“We want to revitalize how medical devices are brought into hospitals that can’t afford it,” Seemakurty said. “Our technology will increase access to quality health care.”

Stasis Labs has earned national recognition. In March, Inc. Magazine named it as one of 16 “Coolest College Startups of 2015.”

Additionally, the startup received the Most Innovative Venture Award at the USC Stevens Innovator Showcase and was named the Top Changemaker at the USC Ashoka Social Venture Competition.

In April, Stasis Labs was one of the top 50 teams from over 650 applicants at the Rice Business Plan Competition, the world’s most competitive business plan event.

Stasis Labs also recently won the USC Grand Challenges business plan competition and was selected to represent the U.S. in an international Grand Challenges tournament held in Beijing in September 2015. Stasis is one of the five teams from the U.S. selected to compete at this prestigious event.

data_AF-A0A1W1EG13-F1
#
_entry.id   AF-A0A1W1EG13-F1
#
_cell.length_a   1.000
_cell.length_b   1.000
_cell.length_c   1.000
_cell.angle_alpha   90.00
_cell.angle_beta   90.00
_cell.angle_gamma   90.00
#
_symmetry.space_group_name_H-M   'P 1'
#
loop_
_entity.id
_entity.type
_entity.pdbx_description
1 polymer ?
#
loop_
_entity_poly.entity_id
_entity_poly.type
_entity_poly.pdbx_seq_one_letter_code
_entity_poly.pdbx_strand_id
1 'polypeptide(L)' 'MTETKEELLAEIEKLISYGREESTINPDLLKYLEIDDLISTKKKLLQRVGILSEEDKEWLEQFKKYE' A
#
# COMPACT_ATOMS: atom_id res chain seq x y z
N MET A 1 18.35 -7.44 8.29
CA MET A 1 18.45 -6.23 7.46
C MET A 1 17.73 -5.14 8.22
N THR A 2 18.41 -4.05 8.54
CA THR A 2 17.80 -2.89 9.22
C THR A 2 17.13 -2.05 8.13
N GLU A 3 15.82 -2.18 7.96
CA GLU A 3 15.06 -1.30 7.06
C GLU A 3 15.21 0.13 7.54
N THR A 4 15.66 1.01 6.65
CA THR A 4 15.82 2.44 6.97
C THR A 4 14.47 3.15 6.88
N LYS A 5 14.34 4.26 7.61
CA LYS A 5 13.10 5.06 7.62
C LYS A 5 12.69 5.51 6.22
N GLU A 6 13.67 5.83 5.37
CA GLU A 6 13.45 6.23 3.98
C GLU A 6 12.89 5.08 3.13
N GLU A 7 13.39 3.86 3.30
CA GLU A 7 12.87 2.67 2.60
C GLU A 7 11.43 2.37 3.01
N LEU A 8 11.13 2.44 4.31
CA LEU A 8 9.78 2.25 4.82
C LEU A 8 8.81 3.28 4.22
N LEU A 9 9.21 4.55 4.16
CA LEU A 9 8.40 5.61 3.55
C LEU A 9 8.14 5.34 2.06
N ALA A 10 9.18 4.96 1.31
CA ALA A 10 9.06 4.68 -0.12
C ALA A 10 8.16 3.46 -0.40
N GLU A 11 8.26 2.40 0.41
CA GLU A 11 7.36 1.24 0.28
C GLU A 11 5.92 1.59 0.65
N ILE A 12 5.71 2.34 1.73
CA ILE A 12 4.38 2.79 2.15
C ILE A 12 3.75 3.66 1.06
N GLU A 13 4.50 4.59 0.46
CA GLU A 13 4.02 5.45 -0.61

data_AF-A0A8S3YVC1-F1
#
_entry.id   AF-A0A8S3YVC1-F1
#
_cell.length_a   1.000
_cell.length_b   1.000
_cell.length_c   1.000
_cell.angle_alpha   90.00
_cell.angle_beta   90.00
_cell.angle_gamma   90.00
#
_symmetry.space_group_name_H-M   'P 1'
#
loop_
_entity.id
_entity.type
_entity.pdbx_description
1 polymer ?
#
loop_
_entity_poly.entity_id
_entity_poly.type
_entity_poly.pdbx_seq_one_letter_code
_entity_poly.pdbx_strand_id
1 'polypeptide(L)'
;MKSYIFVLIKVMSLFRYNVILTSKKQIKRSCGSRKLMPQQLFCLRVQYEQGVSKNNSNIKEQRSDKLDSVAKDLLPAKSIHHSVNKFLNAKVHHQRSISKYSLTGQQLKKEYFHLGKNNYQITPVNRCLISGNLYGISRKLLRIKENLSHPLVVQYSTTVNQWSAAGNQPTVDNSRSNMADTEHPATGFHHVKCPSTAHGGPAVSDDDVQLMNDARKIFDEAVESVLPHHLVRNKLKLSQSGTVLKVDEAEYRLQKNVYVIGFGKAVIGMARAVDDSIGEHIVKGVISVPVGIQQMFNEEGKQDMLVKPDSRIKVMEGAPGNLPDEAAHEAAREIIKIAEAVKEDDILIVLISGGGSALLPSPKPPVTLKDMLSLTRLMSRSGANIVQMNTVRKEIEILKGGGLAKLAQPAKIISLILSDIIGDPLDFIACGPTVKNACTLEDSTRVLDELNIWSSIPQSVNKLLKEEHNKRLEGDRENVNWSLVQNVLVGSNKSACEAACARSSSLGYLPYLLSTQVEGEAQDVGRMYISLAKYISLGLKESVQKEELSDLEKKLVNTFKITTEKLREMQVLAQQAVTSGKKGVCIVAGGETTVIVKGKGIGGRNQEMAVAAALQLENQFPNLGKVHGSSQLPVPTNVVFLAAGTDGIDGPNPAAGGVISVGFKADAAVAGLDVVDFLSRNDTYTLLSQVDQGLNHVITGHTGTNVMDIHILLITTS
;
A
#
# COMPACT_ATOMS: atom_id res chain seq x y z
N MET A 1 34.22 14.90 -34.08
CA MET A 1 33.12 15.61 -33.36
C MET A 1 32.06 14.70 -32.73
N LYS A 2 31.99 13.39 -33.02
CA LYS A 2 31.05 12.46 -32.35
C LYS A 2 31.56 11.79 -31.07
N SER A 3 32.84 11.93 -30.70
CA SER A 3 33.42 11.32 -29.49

“It’s really incredible to represent USC and the U.S. as we help solve worldwide health care issues,”  COO Maylahn said. “America is a multicultural country and bringing technology around the world is a way to represent global change. We’re not just targeting any specific area, we want to be a global company.”

The startup is in the process of building the Stasis System, a health-monitoring technology for developing countries to track six core vital signs including heart rates, blood oxygen levels and other functions. The data would then be wirelessly transferred to Android-based devices for doctors and nurses to use as a health information system.

Seemakurty said Stasis Labs is currently focusing on Android phones and tablets due to their popularity India and will consider iOS devices based on the market needs.

Stasis is targeting small business hospitals in India with 20 to 100 beds, which account for over 80 percent of hospitals there. The company is starting with private, urban hospitals that cater to the middle class with hospital administrators who want to upgrade their medical services.